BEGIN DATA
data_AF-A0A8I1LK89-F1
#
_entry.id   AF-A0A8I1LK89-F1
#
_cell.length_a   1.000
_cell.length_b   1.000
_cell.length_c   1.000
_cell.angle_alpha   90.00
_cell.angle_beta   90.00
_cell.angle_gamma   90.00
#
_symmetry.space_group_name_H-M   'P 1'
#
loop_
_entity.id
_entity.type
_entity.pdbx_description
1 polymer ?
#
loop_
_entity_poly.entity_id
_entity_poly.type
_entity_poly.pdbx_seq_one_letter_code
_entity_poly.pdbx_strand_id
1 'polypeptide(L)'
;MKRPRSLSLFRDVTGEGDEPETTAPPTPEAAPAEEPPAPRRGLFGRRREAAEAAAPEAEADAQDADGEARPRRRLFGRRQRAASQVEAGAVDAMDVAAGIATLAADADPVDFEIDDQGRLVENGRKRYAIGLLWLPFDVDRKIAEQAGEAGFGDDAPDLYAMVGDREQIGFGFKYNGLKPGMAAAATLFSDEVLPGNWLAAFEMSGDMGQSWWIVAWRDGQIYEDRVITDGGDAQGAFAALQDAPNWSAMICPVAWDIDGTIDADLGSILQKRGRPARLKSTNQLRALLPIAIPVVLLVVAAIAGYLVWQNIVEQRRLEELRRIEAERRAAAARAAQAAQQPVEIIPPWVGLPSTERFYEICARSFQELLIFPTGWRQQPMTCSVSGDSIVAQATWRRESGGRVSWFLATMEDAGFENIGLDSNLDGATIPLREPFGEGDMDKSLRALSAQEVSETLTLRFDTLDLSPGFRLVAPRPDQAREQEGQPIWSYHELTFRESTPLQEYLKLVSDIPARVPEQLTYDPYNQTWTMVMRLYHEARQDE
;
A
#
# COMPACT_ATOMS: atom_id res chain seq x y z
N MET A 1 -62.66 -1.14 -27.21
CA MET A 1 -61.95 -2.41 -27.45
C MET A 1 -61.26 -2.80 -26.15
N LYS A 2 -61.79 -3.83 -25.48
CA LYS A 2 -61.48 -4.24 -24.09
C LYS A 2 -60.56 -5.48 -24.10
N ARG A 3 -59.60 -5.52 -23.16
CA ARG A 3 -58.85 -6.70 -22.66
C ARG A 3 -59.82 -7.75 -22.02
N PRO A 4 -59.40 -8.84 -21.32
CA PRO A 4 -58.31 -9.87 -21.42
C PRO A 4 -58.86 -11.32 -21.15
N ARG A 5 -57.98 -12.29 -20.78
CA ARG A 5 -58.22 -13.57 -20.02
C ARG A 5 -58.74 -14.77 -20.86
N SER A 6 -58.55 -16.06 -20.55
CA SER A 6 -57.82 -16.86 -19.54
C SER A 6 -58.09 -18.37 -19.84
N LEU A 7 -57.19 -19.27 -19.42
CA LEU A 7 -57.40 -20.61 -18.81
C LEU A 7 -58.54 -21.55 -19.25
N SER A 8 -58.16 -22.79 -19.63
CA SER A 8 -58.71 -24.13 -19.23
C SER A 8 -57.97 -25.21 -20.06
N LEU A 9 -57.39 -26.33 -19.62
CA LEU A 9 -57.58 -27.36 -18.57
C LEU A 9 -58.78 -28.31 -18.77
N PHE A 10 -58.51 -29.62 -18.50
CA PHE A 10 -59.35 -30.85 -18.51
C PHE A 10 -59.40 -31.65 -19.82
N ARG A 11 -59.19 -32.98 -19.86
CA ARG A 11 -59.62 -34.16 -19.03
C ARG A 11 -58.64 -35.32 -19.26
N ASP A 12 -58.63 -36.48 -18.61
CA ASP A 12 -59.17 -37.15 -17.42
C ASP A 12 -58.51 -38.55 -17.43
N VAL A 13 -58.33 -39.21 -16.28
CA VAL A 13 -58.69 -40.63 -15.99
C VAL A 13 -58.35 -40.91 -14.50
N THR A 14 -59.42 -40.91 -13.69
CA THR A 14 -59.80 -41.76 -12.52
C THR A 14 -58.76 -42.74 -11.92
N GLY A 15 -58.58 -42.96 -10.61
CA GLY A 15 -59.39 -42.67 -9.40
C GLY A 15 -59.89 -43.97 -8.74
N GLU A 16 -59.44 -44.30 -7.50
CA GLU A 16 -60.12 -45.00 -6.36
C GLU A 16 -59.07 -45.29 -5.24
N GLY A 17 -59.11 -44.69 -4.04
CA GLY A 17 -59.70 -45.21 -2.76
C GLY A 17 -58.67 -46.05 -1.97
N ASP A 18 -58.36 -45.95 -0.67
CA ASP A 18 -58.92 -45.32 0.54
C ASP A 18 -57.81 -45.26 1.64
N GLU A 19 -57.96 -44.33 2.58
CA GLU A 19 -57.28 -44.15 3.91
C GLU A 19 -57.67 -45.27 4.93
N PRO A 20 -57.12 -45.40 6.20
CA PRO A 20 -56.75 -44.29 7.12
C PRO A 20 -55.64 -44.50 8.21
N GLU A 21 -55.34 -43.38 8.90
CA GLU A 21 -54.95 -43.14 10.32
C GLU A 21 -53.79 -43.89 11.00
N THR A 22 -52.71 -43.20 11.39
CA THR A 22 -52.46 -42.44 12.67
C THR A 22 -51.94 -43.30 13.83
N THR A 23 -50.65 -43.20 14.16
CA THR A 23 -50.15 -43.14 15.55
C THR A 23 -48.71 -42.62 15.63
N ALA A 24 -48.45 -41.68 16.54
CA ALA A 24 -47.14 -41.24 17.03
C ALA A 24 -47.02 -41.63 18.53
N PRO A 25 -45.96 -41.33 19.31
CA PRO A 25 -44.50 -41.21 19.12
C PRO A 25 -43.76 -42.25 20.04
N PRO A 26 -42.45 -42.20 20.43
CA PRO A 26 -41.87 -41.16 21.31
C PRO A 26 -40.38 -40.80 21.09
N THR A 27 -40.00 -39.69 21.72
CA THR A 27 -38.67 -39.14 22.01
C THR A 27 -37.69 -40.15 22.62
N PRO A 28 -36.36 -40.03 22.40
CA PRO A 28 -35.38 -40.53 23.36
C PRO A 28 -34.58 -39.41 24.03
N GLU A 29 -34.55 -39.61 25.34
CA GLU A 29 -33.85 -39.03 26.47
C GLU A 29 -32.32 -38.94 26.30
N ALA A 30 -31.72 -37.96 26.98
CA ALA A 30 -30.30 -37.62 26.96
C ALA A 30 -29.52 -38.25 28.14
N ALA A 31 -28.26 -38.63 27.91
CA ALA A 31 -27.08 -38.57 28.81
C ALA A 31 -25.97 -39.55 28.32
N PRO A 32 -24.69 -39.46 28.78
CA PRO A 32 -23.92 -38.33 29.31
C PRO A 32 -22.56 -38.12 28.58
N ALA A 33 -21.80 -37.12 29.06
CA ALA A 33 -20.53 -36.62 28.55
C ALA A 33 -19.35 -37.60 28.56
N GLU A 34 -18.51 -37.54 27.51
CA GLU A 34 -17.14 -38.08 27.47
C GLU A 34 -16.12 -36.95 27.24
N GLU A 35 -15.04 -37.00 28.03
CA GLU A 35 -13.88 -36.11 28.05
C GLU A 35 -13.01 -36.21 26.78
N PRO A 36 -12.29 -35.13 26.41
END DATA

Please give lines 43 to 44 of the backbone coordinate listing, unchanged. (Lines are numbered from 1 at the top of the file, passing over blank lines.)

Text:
N ARG A 5 -57.98 -12.29 -20.78
CA ARG A 5 -58.22 -13.57 -20.02